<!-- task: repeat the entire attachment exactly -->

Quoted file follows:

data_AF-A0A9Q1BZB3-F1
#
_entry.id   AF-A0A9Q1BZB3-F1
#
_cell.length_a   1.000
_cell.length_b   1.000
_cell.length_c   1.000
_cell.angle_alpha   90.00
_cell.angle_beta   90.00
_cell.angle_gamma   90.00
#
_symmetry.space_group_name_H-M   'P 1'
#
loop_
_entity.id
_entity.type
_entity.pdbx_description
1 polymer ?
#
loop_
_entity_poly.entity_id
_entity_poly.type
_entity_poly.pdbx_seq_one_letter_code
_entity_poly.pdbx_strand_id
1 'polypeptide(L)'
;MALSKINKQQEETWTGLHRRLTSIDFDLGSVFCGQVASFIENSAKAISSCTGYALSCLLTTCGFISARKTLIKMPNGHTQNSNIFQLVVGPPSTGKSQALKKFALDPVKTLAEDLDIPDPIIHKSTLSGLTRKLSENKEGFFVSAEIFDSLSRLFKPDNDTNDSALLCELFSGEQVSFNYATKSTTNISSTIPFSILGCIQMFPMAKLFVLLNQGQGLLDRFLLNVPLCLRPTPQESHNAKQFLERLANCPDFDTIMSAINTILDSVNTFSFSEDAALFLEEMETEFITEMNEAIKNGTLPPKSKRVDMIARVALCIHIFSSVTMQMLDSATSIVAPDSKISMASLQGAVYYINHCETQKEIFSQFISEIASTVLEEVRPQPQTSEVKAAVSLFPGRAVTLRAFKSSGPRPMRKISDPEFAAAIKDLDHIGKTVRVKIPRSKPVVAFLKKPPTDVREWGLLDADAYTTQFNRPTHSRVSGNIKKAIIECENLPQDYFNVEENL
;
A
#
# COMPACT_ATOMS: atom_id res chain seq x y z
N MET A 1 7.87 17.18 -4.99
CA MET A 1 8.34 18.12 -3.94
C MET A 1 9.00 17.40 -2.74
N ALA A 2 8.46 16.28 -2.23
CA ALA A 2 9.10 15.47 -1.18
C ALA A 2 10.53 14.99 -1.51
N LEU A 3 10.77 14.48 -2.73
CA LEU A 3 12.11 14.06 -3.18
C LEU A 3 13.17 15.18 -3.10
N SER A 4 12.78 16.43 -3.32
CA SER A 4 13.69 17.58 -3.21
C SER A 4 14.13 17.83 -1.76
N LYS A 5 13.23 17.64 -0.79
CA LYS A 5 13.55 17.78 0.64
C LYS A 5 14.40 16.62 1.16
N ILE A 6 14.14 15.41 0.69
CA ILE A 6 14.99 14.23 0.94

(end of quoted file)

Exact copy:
data_AF-A0A9Q1BZB3-F1
#
_entry.id   AF-A0A9Q1BZB3-F1
#
_cell.length_a   1.000
_cell.length_b   1.000
_cell.length_c   1.000
_cell.angle_alpha   90.00
_cell.angle_beta   90.00
_cell.angle_gamma   90.00
#
_symmetry.space_group_name_H-M   'P 1'
#
loop_
_entity.id
_entity.type
_entity.pdbx_description
1 polymer ?
#
loop_
_entity_poly.entity_id
_entity_poly.type
_entity_poly.pdbx_seq_one_letter_code
_entity_poly.pdbx_strand_id
1 'polypeptide(L)'
;MALSKINKQQEETWTGLHRRLTSIDFDLGSVFCGQVASFIENSAKAISSCTGYALSCLLTTCGFISARKTLIKMPNGHTQNSNIFQLVVGPPSTGKSQALKKFALDPVKTLAEDLDIPDPIIHKSTLSGLTRKLSENKEGFFVSAEIFDSLSRLFKPDNDTNDSALLCELFSGEQVSFNYATKSTTNISSTIPFSILGCIQMFPMAKLFVLLNQGQGLLDRFLLNVPLCLRPTPQESHNAKQFLERLANCPDFDTIMSAINTILDSVNTFSFSEDAALFLEEMETEFITEMNEAIKNGTLPPKSKRVDMIARVALCIHIFSSVTMQMLDSATSIVAPDSKISMASLQGAVYYINHCETQKEIFSQFISEIASTVLEEVRPQPQTSEVKAAVSLFPGRAVTLRAFKSSGPRPMRKISDPEFAAAIKDLDHIGKTVRVKIPRSKPVVAFLKKPPTDVREWGLLDADAYTTQFNRPTHSRVSGNIKKAIIECENLPQDYFNVEENL
;
A
#
# COMPACT_ATOMS: atom_id res chain seq x y z
N MET A 1 7.87 17.18 -4.99
CA MET A 1 8.34 18.12 -3.94
C MET A 1 9.00 17.40 -2.74
N ALA A 2 8.46 16.28 -2.23
CA ALA A 2 9.10 15.47 -1.18
C ALA A 2 10.53 14.99 -1.51
N LEU A 3 10.77 14.48 -2.73
CA LEU A 3 12.11 14.06 -3.18
C LEU A 3 13.17 15.18 -3.10
N SER A 4 12.78 16.43 -3.32
CA SER A 4 13.69 17.58 -3.21
C SER A 4 14.13 17.83 -1.76
N LYS A 5 13.23 17.64 -0.79
CA LYS A 5 13.55 17.78 0.64
C LYS A 5 14.40 16.62 1.16
N ILE A 6 14.14 15.41 0.69
CA ILE A 6 14.99 14.23 0.94